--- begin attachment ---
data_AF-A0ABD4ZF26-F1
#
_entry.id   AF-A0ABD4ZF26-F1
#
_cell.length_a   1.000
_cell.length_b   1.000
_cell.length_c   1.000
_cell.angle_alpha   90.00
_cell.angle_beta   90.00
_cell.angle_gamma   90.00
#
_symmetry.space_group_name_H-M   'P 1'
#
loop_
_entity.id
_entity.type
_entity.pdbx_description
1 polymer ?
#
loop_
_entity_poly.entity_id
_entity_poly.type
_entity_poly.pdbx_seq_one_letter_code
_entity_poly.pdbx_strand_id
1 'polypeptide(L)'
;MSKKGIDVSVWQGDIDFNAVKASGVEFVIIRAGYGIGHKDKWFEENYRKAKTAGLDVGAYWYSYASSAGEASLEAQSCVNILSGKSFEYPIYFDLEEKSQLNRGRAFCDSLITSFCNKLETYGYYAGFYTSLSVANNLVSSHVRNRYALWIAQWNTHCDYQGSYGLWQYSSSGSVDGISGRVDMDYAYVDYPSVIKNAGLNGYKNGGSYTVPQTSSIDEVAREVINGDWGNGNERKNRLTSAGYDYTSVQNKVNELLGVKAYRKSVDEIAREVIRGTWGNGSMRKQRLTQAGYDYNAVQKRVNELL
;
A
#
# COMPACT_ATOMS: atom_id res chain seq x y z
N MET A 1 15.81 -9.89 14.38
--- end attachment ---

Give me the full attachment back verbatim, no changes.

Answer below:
data_AF-A0ABD4ZF26-F1
#
_entry.id   AF-A0ABD4ZF26-F1
#
_cell.length_a   1.000
_cell.length_b   1.000
_cell.length_c   1.000
_cell.angle_alpha   90.00
_cell.angle_beta   90.00
_cell.angle_gamma   90.00
#
_symmetry.space_group_name_H-M   'P 1'
#
loop_
_entity.id
_entity.type
_entity.pdbx_description
1 polymer ?
#
loop_
_entity_poly.entity_id
_entity_poly.type
_entity_poly.pdbx_seq_one_letter_code
_entity_poly.pdbx_strand_id
1 'polypeptide(L)'
;MSKKGIDVSVWQGDIDFNAVKASGVEFVIIRAGYGIGHKDKWFEENYRKAKTAGLDVGAYWYSYASSAGEASLEAQSCVNILSGKSFEYPIYFDLEEKSQLNRGRAFCDSLITSFCNKLETYGYYAGFYTSLSVANNLVSSHVRNRYALWIAQWNTHCDYQGSYGLWQYSSSGSVDGISGRVDMDYAYVDYPSVIKNAGLNGYKNGGSYTVPQTSSIDEVAREVINGDWGNGNERKNRLTSAGYDYTSVQNKVNELLGVKAYRKSVDEIAREVIRGTWGNGSMRKQRLTQAGYDYNAVQKRVNELL
;
A
#
# COMPACT_ATOMS: atom_id res chain seq x y z
N MET A 1 15.81 -9.89 14.38